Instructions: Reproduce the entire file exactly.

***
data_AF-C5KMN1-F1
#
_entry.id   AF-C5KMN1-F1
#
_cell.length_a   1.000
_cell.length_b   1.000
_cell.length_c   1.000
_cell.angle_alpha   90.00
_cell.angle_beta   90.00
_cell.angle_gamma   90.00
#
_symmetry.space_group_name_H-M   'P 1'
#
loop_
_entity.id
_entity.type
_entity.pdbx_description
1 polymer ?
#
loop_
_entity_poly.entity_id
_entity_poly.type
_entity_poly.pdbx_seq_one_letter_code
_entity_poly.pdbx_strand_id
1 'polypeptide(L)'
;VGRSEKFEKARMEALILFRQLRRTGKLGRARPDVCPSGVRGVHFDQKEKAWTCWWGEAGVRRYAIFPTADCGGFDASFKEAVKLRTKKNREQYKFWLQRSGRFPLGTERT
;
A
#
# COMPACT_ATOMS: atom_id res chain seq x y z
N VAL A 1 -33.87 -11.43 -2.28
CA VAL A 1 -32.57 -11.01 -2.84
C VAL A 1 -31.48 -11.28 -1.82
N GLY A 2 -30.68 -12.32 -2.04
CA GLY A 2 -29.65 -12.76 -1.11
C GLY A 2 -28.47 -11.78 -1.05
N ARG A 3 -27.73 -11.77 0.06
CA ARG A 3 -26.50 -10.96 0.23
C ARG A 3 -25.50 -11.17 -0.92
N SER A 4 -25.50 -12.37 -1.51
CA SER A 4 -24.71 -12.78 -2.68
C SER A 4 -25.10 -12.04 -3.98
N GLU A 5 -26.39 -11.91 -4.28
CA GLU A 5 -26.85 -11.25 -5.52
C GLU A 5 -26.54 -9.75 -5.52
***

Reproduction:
data_AF-C5KMN1-F1
#
_entry.id   AF-C5KMN1-F1
#
_cell.length_a   1.000
_cell.length_b   1.000
_cell.length_c   1.000
_cell.angle_alpha   90.00
_cell.angle_beta   90.00
_cell.angle_gamma   90.00
#
_symmetry.space_group_name_H-M   'P 1'
#
loop_
_entity.id
_entity.type
_entity.pdbx_description
1 polymer ?
#
loop_
_entity_poly.entity_id
_entity_poly.type
_entity_poly.pdbx_seq_one_letter_code
_entity_poly.pdbx_strand_id
1 'polypeptide(L)'
;VGRSEKFEKARMEALILFRQLRRTGKLGRARPDVCPSGVRGVHFDQKEKAWTCWWGEAGVRRYAIFPTADCGGFDASFKEAVKLRTKKNREQYKFWLQRSGRFPLGTERT
;
A
#
# COMPACT_ATOMS: atom_id res chain seq x y z
N VAL A 1 -33.87 -11.43 -2.28
CA VAL A 1 -32.57 -11.01 -2.84
C VAL A 1 -31.48 -11.28 -1.82
N GLY A 2 -30.68 -12.32 -2.04
CA GLY A 2 -29.65 -12.76 -1.11
C GLY A 2 -28.47 -11.78 -1.05
N ARG A 3 -27.73 -11.77 0.06
CA ARG A 3 -26.50 -10.96 0.23
C ARG A 3 -25.50 -11.17 -0.92
N SER A 4 -25.50 -12.37 -1.51
CA SER A 4 -24.71 -12.78 -2.68
C SER A 4 -25.10 -12.04 -3.98
N GLU A 5 -26.39 -11.91 -4.28
CA GLU A 5 -26.85 -11.25 -5.52
C GLU A 5 -26.54 -9.75 -5.52